- Orient new employees into their new role and initiate training
- Introduce new employees to their team members and management
- Immerse employees into the company mission, vision, values and culture
- Infuse employees with a sense of belonging and purpose
- Make sure that employees are aware of and understand everything available to them via your company’s benefits package (the “total rewards compensation” that includes medical insurance, 401(k) retirement plans, paid time off, employee assistance programs and wellness programs, for example)
- Explain your organization’s employee value proposition
In this way, HR is extremely important in helping employees to:
- Feel good about being in your workplace
- Start their tenure on a warm, positive note
- Get all their questions answered and reduce any misunderstandings or unknowns
3. Compensation and benefits
When employees leave a company, it’s often in search of better pay and benefits. That’s why employers should be proactive about not only confirming that employees are paid fairly, but also maintaining their competitiveness.
Compensation and benefits professionals on your HR team can establish a reliable, timely payroll process, as well as:
- Engage in compensation benchmarking, which is regular, ongoing research, data gathering and analysis to verify whether your company’s compensation aligns with industry standards, your competitors and local market rates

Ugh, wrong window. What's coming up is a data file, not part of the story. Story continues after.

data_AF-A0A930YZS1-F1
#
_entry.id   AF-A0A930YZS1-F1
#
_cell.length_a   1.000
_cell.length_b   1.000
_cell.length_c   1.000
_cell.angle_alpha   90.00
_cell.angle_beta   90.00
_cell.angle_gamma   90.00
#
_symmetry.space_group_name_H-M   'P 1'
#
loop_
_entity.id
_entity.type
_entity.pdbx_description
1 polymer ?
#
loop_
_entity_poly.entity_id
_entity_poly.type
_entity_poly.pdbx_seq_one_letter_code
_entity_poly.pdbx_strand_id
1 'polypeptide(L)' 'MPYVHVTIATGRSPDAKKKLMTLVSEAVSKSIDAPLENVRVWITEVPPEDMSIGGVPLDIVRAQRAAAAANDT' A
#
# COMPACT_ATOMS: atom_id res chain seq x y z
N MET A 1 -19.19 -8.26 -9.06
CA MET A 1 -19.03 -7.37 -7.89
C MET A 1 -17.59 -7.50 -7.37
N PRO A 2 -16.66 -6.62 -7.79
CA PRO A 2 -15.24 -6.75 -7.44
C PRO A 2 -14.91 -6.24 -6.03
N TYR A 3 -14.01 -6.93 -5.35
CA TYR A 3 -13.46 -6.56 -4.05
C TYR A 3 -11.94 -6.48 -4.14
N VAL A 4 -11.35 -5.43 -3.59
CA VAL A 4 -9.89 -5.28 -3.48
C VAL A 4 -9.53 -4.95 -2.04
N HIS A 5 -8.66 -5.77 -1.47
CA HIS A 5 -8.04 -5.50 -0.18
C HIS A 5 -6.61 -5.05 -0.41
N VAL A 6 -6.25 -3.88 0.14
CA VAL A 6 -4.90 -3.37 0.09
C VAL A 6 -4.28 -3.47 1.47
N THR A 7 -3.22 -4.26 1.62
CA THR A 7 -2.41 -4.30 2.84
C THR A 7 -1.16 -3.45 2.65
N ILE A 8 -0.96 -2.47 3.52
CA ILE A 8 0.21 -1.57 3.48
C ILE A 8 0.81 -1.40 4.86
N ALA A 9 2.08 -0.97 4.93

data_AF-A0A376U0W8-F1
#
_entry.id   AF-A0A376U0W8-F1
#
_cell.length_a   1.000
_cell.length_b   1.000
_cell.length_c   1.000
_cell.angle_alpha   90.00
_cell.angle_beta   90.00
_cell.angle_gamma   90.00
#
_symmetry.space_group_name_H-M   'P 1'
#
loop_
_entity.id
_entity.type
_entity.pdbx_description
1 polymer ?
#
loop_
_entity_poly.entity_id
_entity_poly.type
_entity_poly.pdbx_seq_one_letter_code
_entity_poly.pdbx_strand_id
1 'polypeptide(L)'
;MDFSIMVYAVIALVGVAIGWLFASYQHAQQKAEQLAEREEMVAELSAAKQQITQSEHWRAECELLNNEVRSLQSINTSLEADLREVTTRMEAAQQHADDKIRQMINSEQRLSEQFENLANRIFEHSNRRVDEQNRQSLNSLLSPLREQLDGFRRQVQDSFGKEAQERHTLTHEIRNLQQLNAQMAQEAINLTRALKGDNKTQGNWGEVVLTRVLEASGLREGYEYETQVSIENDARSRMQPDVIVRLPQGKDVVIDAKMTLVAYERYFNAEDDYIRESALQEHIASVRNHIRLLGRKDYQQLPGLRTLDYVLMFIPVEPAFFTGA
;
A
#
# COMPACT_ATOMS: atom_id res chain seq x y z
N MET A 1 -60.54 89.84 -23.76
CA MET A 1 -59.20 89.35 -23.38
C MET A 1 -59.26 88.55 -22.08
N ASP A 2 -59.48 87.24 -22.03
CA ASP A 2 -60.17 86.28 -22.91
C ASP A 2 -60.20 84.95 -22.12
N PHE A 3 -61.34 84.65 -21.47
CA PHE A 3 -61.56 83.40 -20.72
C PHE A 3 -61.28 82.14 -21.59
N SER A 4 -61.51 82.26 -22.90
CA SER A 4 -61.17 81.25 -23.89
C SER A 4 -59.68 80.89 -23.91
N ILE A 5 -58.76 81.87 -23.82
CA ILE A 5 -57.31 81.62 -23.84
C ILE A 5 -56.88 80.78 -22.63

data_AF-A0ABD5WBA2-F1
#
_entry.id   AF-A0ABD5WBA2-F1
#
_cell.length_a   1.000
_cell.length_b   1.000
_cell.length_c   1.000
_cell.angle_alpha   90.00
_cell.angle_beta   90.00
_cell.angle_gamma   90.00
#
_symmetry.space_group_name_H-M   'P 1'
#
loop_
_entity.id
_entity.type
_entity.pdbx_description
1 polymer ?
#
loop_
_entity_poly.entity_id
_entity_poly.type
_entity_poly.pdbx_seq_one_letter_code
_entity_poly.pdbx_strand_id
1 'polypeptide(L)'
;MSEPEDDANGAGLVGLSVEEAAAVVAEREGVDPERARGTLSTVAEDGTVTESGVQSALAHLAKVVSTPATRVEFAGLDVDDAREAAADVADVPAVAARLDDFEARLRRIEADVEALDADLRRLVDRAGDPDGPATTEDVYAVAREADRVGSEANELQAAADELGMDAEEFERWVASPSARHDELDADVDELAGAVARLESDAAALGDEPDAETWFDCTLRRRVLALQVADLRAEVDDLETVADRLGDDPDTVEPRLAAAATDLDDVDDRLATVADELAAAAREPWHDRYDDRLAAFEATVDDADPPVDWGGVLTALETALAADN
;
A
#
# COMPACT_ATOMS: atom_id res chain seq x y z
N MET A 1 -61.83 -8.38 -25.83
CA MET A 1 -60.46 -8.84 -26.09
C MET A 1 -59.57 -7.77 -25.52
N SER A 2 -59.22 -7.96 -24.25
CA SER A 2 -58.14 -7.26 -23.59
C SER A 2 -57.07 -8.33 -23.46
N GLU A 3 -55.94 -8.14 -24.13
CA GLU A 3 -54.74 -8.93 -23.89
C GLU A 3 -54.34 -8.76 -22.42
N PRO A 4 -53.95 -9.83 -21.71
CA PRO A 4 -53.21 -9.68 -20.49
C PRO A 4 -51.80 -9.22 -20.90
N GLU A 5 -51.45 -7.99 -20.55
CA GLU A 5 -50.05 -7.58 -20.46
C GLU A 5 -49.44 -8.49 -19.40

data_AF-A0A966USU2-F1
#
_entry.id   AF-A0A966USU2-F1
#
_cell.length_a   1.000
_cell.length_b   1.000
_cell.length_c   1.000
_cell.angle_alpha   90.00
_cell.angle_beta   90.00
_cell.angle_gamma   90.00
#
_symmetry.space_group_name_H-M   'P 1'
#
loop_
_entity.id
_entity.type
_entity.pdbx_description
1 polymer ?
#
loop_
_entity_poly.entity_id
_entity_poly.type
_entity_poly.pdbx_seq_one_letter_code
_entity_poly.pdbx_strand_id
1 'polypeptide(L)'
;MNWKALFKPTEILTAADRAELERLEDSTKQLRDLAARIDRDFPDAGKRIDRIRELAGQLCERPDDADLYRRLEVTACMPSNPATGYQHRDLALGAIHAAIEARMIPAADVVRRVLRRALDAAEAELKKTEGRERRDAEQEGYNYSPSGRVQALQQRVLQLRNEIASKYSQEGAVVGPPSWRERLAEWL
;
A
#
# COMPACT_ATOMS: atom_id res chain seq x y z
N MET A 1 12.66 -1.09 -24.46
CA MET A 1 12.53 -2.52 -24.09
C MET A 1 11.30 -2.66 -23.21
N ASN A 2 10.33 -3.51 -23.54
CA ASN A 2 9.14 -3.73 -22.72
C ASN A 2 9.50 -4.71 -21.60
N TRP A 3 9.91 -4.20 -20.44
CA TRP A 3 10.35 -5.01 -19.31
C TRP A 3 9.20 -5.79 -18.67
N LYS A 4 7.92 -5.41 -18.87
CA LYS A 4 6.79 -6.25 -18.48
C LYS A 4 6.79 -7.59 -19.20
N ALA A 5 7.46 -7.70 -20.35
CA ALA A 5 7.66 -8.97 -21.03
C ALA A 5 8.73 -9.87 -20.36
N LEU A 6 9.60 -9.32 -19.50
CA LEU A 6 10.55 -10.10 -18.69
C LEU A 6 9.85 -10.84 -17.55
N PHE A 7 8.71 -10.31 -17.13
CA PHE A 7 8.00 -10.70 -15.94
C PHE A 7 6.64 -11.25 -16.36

- Assist management in creating a compensation strategy – or at least help to inform it
- Refine salary ranges for positions and effectively promote this information to job candidates
- Maintain pay equity
- Avoid pay compression
- Help to determine the content of benefits packages
- Help to build employee bonus programs
- Construct rewards and recognition systems for employees
4. Training and development
To feel comfortable staying with a company for the long haul, employees want to know that they have a viable career path there, with opportunities for internal mobility and continual learning and development of their skills.
In this arena, the HR team can work with management and bolster their efforts by:
- Overseeing training curricula
- Recommending or requiring specific training
- Identifying future leaders and high performers who may be suitable for promotions
- Developing a people strategy to plan for the future
- Aiding in succession planning
5. Employee experience